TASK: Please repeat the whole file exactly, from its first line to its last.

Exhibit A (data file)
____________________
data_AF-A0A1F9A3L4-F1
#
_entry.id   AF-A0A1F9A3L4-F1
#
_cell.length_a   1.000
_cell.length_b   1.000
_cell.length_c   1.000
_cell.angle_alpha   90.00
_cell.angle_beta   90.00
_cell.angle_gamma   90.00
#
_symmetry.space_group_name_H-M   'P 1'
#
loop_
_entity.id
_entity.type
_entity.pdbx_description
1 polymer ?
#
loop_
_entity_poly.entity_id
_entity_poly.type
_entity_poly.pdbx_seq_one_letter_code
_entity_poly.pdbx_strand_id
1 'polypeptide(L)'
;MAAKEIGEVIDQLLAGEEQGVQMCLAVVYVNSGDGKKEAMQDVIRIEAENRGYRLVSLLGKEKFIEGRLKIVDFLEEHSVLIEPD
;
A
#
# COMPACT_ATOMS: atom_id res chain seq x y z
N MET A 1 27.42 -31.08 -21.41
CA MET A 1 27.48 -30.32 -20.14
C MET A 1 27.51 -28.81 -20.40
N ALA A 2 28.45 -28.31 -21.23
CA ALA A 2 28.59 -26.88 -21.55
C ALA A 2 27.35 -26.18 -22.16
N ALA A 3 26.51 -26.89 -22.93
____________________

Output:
data_AF-A0A1F9A3L4-F1
#
_entry.id   AF-A0A1F9A3L4-F1
#
_cell.length_a   1.000
_cell.length_b   1.000
_cell.length_c   1.000
_cell.angle_alpha   90.00
_cell.angle_beta   90.00
_cell.angle_gamma   90.00
#
_symmetry.space_group_name_H-M   'P 1'
#
loop_
_entity.id
_entity.type
_entity.pdbx_description
1 polymer ?
#
loop_
_entity_poly.entity_id
_entity_poly.type
_entity_poly.pdbx_seq_one_letter_code
_entity_poly.pdbx_strand_id
1 'polypeptide(L)'
;MAAKEIGEVIDQLLAGEEQGVQMCLAVVYVNSGDGKKEAMQDVIRIEAENRGYRLVSLLGKEKFIEGRLKIVDFLEEHSVLIEPD
;
A
#
# COMPACT_ATOMS: atom_id res chain seq x y z
N MET A 1 27.42 -31.08 -21.41
CA MET A 1 27.48 -30.32 -20.14
C MET A 1 27.51 -28.81 -20.40
N ALA A 2 28.45 -28.31 -21.23
CA ALA A 2 28.59 -26.88 -21.55
C ALA A 2 27.35 -26.18 -22.16
N ALA A 3 26.51 -26.89 -22.93